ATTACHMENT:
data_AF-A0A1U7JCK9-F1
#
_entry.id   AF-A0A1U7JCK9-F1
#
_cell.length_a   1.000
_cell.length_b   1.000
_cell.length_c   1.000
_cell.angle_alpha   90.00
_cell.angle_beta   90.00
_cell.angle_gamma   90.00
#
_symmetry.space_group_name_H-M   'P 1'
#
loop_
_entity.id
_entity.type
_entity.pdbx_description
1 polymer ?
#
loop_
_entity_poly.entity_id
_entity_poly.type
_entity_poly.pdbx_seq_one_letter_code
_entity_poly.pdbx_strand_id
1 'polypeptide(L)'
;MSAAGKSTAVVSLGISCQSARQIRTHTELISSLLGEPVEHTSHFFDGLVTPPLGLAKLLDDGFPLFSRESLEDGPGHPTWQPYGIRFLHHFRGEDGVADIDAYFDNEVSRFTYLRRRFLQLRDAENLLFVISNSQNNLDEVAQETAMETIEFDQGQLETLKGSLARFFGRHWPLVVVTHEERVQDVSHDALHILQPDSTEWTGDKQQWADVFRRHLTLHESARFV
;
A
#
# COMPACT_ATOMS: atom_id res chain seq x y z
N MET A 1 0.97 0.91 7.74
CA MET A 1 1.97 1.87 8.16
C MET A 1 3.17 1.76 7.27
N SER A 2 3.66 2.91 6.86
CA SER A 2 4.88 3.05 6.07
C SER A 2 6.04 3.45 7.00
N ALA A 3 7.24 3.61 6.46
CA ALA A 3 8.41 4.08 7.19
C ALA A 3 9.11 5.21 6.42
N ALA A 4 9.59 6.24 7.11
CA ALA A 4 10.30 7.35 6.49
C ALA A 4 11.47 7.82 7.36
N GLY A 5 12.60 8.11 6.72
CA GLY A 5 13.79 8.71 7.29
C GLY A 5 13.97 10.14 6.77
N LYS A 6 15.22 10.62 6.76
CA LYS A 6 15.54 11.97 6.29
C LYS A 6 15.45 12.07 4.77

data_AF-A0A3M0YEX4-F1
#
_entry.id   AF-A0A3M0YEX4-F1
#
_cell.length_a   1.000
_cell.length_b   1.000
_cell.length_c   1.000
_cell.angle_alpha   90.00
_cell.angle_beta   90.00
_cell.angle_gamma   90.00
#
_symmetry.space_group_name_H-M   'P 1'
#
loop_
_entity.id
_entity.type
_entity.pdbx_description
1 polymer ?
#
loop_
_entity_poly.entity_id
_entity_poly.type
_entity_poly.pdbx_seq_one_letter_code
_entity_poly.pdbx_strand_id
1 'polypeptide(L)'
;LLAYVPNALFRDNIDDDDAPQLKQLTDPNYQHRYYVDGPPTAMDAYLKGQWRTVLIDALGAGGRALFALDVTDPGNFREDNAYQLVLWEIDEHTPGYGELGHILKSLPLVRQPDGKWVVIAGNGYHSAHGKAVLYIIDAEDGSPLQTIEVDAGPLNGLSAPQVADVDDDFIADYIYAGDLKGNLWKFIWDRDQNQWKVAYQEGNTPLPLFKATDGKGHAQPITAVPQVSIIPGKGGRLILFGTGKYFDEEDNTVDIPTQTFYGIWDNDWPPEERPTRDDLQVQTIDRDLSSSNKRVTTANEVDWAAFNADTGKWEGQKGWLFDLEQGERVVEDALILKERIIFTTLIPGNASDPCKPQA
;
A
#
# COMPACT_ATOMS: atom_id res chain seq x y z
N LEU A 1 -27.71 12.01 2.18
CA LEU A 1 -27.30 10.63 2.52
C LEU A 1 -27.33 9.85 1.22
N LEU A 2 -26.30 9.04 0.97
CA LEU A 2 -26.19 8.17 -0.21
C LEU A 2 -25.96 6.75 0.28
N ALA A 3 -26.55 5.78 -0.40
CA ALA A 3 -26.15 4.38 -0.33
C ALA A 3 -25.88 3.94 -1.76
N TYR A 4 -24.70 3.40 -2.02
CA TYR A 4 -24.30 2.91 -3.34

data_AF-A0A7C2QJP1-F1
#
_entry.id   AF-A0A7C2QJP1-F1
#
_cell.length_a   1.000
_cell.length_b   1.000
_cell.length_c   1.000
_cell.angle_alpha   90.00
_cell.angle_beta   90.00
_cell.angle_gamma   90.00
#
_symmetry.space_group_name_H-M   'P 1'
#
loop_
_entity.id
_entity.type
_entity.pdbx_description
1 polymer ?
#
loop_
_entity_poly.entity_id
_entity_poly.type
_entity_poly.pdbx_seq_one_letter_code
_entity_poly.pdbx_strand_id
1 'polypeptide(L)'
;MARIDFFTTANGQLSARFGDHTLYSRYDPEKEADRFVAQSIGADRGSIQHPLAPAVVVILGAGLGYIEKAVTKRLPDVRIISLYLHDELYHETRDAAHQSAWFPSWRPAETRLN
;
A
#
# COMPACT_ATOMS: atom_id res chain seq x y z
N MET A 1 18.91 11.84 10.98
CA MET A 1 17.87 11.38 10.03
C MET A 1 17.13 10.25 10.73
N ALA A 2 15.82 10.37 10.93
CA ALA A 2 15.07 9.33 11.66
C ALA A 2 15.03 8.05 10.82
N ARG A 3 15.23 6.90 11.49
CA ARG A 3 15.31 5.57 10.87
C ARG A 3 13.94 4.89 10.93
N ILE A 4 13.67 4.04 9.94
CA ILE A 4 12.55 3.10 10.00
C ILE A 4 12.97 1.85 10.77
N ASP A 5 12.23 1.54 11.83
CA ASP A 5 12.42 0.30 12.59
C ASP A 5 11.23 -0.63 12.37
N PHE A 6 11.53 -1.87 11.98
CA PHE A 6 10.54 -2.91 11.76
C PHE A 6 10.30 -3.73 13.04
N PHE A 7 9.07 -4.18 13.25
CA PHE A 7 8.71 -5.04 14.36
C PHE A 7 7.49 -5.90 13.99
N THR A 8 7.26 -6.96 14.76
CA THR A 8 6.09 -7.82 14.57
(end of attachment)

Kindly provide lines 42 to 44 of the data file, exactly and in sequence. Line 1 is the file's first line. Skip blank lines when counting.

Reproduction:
C ALA A 4 11.47 7.82 7.36
N GLY A 5 12.60 8.11 6.72
CA GLY A 5 13.79 8.71 7.29